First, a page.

Recently unveiled in limited release, Joel and Ethan Coen's Inside Llewyn Davis has been gathering plenty of praise for its poignant story about a 1960s folk singer as well as for its sensational soundtrack shepherded by Academy Award-winning music producer T-Bone Burnett. Well, to arouse further fascination ahead of its December 20th expansion, the Coens and Burnett have created the inclusive concert documentary Another Day / Another Time: Celebrating The Music of Inside Llewyn Davis, which premieres Friday, December 13th at 10PM on Showtime.
This doc takes audiences on the stage of Town Hall and behind the scenes of a special concert that was held during this year's New York Film Festival, featuring talent like Joan Baez, Patti Smith, Jack White, Marcus Mumford, the Avett Brothers, Rhiannon Giddens, Punch Brothers, Gillian Welch and David Rawlings, Willie Watson, The Milk Carton Kids, Colin Meloy, Lake Street Dive, and Oscar Isaac, star of Inside Llewyn Davis. Put together in just 36 hours, this rousing musical event delighted audience last September, and has since been distilled for all of us who missed out.
Wednesday night I had the unique opportunity to see Another Day / Another Time screen in New York's Walter Reade Theater, with both Coens and some of its contributors (Oscar Isaac, Chris Thile of the bluegrass band Punch Brothers, and Kenneth Pattengale of the indie folk duo The Milk Carton Kids) in attendance. As you might have guessed from this lineup, the concert within the doc is a more expansive brand of folk music than is shown within Inside Llewyn Davis, which is squarely focused on the American folk music revival of the 1960s. The music ranged from Celtic folk to indie rock, doo-wop, bluegrass, and jazz. But it all shared a thread of energy and deep-rooted emotion that knitted every act into the next, making for an awe-inspiring tapestry of American music.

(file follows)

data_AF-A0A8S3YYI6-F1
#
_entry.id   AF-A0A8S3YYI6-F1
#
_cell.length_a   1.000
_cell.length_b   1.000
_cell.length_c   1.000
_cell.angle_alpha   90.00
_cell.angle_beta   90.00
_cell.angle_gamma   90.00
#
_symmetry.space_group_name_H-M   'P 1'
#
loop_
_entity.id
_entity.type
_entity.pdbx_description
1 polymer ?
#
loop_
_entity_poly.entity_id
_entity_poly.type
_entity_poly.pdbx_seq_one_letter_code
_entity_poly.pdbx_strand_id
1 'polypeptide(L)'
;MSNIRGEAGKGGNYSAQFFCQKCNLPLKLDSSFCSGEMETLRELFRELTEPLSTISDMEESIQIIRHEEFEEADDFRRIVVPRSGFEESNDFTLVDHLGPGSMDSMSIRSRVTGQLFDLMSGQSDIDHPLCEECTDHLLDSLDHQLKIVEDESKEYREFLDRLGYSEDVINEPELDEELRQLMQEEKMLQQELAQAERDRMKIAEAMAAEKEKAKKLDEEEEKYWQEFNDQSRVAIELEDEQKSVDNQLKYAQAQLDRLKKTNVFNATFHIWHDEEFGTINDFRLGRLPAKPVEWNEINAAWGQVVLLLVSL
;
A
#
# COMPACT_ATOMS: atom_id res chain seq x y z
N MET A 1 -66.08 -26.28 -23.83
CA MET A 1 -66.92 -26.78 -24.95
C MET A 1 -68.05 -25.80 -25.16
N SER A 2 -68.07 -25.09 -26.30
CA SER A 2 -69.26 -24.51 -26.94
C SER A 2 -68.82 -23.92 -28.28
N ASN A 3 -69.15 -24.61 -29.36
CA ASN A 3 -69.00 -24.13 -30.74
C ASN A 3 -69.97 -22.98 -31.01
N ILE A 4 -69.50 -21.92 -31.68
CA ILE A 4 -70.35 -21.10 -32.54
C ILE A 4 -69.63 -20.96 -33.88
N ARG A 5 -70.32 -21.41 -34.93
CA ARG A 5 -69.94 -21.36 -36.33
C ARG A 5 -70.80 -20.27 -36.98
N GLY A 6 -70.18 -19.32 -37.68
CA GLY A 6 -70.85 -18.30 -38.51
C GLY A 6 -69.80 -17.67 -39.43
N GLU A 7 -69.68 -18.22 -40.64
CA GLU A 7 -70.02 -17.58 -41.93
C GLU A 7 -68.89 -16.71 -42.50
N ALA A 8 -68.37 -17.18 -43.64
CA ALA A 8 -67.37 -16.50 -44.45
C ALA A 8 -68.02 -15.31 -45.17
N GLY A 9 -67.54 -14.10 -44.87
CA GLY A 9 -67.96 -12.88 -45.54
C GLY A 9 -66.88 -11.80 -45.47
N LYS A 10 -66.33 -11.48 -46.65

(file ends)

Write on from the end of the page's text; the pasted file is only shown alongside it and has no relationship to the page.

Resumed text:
No expense seems to have been spared in corralling top notch talent nor rigging a multiple camera setup that gives viewers an uncanny access to the performers on stage--from various angles--as well as an eye looking back to crucial rehearsals, and down into the basements of Town Hall where jam sessions seemed to break out from sheer enthusiasm. Personally, I wasn't familiar with much of the musical acts that took to stage, but it didn't matter. There's something in the songs performed that is timeless, luring me in to a swoon where several times I forgot I wasn't at a live show, and began applauding as if those on the screen could hear me.
There's no over-arching plotline in Another Day/Another Time. No time is spent concocting drama of a "will the show go on" nature or stirring up tension between its headliners. Instead, stories are presented within songs, ones of heartache and exaltation, ones of regret and reveling. Many acts and influences collide over the course of the show's selected highlights, and each of them is enchanting, inviting us into what seems an intimate event. Early on Thile theorizes that the lore of the 1960s Greenwich Village setting of Inside Llewyn Davis, is that cultural scene felt like it was "America's campfire." Another Day/Another Time captures that vibe of warmth and unity, and graciously invites you join in from the comfort of your home.
Staff writer at CinemaBlend.
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